August 1

Tell-tale signs of writing under pressure

It starts in during the school years. Teachers gave you a prompt and a due date. You ignored the assignment for as long as possible. Then, a few days before it was due, you started “thinking about” what you'd write. Then, in the last day or two or three, you crammed all of the research and writing into several all-night sessions. Groggy and knowing that you weren't turning in your best work, you put the paper on the teacher's desk, and you vowed to start the paper earlier next time. Yet, with each assignment, you repeated the vicious cycle.

Maybe you're in denial

If you received As and Bs on your papers from grade school through college or graduate school, perhaps you've convinced yourself that writing under pressure is good for you. Waiting until the deadline presses in on your attention brings out the best in your writing.

You have years of this pattern ingrained in you, and you've created a psychological stimulus-response. You receive a due date, and your brain automatically ignores the assignment until the deadline looms in your cognition and creates an adrenaline rush that fuels your writing.

But you can always spot a piece that was written in a hurry

13-08-01 deadline
Don't lie, you probably look something like this guy when you're writing under pressure. I know I do. It's not pretty, and neither is your writing.

You can usually spot something that has been written while under intense time pressure by some common characteristics:

  1. The introduction and beginning paragraphs wander around in meaningless circles.

    As the writer, you generally don't know exactly what you're saying until you have completed the draft. You become more focused by the time you're writing the conclusion, but if you don't make time to edit and re-write, your beginning paragraphs will still bear the marks of uncertainty and confusion.Once a central point emerges, it is either repeated endlessly or lost in a muddy swamp of confusion that drags on and on.

  2. Each writer reacts differently to uncovering their own central point.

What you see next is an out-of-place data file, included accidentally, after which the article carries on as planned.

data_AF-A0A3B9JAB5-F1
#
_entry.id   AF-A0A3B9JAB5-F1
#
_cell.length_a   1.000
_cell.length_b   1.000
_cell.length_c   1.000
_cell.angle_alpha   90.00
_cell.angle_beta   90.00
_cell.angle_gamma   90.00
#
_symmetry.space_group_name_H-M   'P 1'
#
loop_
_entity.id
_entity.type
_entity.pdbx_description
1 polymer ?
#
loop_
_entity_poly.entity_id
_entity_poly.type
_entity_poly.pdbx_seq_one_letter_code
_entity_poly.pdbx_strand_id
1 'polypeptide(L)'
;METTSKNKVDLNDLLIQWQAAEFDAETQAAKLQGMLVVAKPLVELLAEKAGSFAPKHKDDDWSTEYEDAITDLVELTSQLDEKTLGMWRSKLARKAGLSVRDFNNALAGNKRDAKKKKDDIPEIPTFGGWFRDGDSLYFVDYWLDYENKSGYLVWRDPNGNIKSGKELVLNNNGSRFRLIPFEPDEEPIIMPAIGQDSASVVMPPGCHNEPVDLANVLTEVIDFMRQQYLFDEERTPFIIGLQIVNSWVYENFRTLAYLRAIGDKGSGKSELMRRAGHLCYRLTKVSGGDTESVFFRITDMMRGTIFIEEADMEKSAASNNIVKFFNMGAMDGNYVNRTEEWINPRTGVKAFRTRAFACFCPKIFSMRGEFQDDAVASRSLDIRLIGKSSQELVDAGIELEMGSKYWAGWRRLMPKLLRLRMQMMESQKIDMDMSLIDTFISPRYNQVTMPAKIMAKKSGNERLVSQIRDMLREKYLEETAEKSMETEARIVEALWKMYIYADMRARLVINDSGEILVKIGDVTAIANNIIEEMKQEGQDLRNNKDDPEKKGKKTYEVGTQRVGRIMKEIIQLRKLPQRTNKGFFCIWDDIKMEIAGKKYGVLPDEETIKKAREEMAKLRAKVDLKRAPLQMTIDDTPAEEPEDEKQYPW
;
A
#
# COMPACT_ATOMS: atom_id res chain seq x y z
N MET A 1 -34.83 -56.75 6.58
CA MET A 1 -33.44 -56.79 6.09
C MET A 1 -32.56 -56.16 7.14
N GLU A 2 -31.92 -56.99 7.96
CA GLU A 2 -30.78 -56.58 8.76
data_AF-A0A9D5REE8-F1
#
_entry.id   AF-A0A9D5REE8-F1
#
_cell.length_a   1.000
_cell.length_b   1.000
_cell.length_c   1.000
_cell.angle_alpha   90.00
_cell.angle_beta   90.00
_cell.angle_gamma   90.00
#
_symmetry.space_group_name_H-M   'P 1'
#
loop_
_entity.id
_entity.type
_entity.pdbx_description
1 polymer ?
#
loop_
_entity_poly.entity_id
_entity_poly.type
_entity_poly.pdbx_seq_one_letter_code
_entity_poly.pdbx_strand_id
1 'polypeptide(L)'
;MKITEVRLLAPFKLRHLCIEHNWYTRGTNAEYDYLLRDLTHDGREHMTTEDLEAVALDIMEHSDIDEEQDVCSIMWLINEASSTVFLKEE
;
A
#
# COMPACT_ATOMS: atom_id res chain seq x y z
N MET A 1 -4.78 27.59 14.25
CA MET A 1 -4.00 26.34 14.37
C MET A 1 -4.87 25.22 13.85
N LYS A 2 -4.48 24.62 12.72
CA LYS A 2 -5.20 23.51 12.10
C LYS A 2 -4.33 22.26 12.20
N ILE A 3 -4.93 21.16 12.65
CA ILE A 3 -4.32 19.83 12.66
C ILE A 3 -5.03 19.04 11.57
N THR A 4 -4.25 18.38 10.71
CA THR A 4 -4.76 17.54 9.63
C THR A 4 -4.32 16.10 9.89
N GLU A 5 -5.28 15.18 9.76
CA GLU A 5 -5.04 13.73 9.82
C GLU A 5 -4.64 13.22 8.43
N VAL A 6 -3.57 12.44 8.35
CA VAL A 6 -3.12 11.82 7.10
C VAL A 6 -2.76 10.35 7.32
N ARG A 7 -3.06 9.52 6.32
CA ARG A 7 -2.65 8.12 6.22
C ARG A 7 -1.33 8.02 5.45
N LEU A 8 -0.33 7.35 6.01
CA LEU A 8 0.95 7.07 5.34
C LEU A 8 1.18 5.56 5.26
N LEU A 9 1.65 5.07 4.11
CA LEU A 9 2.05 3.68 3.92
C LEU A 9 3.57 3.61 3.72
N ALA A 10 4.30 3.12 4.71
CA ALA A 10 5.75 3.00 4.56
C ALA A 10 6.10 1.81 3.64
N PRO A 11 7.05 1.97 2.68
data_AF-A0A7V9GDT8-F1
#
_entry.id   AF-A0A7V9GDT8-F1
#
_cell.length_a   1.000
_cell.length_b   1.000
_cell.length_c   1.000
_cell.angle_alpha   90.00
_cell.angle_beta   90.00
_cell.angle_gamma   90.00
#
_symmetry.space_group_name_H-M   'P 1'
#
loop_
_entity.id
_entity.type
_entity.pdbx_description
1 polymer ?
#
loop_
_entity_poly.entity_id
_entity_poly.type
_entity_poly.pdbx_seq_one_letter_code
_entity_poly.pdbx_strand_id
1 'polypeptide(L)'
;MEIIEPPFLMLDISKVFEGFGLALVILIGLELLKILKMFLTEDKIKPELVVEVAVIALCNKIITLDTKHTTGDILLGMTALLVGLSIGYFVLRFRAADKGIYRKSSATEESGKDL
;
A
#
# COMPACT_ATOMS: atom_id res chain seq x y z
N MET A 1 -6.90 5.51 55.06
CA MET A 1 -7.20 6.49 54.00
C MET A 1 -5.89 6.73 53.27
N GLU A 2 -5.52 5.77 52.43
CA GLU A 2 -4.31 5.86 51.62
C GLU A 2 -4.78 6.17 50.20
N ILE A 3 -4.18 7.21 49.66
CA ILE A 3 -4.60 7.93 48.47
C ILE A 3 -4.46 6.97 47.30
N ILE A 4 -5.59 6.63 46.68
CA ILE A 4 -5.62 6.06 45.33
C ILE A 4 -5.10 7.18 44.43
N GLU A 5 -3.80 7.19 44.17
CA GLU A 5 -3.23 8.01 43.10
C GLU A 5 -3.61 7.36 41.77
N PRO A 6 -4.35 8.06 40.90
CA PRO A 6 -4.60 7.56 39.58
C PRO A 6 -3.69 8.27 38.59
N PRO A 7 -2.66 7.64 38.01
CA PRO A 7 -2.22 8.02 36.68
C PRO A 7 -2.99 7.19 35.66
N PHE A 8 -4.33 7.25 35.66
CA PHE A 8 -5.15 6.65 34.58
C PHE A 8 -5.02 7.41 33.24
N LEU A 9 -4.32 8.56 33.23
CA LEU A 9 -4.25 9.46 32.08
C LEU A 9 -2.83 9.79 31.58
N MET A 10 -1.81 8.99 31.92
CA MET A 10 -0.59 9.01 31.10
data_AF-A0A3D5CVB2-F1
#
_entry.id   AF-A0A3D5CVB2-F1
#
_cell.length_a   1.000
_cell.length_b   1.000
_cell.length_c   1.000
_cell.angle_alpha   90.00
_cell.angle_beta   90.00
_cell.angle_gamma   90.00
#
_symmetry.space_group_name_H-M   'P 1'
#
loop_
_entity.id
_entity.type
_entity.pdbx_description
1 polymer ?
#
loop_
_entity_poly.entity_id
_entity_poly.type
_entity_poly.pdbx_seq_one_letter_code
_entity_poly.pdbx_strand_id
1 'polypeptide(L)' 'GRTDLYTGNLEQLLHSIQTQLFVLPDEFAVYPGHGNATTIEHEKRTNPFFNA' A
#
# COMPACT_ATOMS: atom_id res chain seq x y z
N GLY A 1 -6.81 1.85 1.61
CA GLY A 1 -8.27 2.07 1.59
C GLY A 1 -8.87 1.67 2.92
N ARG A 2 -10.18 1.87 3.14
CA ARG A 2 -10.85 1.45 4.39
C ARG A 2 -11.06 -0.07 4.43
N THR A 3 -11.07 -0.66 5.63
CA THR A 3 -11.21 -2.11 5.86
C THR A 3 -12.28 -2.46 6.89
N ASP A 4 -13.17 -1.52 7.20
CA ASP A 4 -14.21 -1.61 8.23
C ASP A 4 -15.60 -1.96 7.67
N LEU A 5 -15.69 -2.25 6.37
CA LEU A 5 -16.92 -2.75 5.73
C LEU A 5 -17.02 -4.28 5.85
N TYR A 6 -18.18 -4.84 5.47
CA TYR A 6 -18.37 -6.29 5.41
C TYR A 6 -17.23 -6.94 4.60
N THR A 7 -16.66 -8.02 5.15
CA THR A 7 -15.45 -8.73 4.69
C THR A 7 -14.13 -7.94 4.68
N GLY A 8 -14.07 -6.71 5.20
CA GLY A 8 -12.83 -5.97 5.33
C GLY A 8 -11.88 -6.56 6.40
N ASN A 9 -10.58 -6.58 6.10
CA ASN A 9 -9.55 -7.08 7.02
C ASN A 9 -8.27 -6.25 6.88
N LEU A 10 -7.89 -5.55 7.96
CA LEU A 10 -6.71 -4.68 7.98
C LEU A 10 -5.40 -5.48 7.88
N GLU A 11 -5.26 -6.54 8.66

Some are so excited to have a point on which to focus that they thrust it in the face of the reader over and over again. Other writers, once they realize their central point, go on a mission to talk about every tangent related to their point, with little order or planning, so that the point becomes buried in tangents.

  3. Easily-spotted errors

    Even if you are stellar at grammar and even if you proofread quickly before submitting, when you write under intense time pressure, there will be errors. The brain is just trying to move too quickly to catch every “your” that should be a “you're” and every “there is” that should be a “there are.” Under the influence of adrenaline, your brain is focusing on the big picture, getting the paper done, and simply cannot devote mental energy to rooting out every error.

How long should it take to edit and re-write?

If it takes you 20 hours to write a paper, shouldn't you be willing to spend five hours editing and re-writing? Otherwise, what were those first 20 hours for? To produce a flimsy, mostly-baked, not quite on-point paper?

I recommend you set aside 25% more time than it took to write the piece in the first place.

That's a ballpark average. I don't know you or your writing style or how you work best, but it's a starting point. Give it a try next time. Estimate how long you think it will take to write your paper, and plan to add 25% of that time to edit and re-write before the deadline. Aftereward, you can adjust, planning for more or less editing time for the next piece.

Your writing will vastly improve, I promise. A little time of calm editing and re-writing will absolutely take you to the next level of writing.

Photo credit: iStockPhoto, Renphoto


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